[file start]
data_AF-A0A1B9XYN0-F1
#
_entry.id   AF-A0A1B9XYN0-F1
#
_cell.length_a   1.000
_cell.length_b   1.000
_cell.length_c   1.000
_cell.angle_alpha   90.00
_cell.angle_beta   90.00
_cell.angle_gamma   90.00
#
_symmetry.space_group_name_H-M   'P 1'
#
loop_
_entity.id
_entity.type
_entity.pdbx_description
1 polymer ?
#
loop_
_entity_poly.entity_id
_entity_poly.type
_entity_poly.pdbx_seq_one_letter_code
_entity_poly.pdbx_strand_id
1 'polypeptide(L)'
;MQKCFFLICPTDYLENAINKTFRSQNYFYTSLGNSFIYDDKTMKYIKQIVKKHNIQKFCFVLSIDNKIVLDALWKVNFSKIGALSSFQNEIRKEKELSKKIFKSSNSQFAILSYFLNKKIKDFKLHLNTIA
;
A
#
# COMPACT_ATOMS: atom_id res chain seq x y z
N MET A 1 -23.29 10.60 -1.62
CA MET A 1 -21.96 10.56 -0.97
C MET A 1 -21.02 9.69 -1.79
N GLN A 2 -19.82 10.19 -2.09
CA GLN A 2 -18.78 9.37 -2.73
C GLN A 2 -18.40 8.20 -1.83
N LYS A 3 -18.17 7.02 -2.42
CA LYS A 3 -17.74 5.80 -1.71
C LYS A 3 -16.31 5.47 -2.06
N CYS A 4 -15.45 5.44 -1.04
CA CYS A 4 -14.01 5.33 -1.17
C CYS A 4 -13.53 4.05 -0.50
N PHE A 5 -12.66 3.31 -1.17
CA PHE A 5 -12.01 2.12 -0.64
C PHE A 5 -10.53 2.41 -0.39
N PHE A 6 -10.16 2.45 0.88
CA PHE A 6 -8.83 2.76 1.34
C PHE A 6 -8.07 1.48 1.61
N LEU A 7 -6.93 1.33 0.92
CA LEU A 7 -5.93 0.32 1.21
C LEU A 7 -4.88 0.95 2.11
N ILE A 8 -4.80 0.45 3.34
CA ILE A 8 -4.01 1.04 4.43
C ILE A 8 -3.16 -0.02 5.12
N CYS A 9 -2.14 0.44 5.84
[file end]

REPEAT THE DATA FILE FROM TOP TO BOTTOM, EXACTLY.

data_AF-A0A1B9XYN0-F1
#
_entry.id   AF-A0A1B9XYN0-F1
#
_cell.length_a   1.000
_cell.length_b   1.000
_cell.length_c   1.000
_cell.angle_alpha   90.00
_cell.angle_beta   90.00
_cell.angle_gamma   90.00
#
_symmetry.space_group_name_H-M   'P 1'
#
loop_
_entity.id
_entity.type
_entity.pdbx_description
1 polymer ?
#
loop_
_entity_poly.entity_id
_entity_poly.type
_entity_poly.pdbx_seq_one_letter_code
_entity_poly.pdbx_strand_id
1 'polypeptide(L)'
;MQKCFFLICPTDYLENAINKTFRSQNYFYTSLGNSFIYDDKTMKYIKQIVKKHNIQKFCFVLSIDNKIVLDALWKVNFSKIGALSSFQNEIRKEKELSKKIFKSSNSQFAILSYFLNKKIKDFKLHLNTIA
;
A
#
# COMPACT_ATOMS: atom_id res chain seq x y z
N MET A 1 -23.29 10.60 -1.62
CA MET A 1 -21.96 10.56 -0.97
C MET A 1 -21.02 9.69 -1.79
N GLN A 2 -19.82 10.19 -2.09
CA GLN A 2 -18.78 9.37 -2.73
C GLN A 2 -18.40 8.20 -1.83
N LYS A 3 -18.17 7.02 -2.42
CA LYS A 3 -17.74 5.80 -1.71
C LYS A 3 -16.31 5.47 -2.06
N CYS A 4 -15.45 5.44 -1.04
CA CYS A 4 -14.01 5.33 -1.17
C CYS A 4 -13.53 4.05 -0.50
N PHE A 5 -12.66 3.31 -1.17
CA PHE A 5 -12.01 2.12 -0.64
C PHE A 5 -10.53 2.41 -0.39
N PHE A 6 -10.16 2.45 0.88
CA PHE A 6 -8.83 2.76 1.34
C PHE A 6 -8.07 1.48 1.61
N LEU A 7 -6.93 1.33 0.92
CA LEU A 7 -5.93 0.32 1.21
C LEU A 7 -4.88 0.95 2.11
N ILE A 8 -4.80 0.45 3.34
CA ILE A 8 -4.01 1.04 4.43
C ILE A 8 -3.16 -0.02 5.12
N CYS A 9 -2.14 0.44 5.84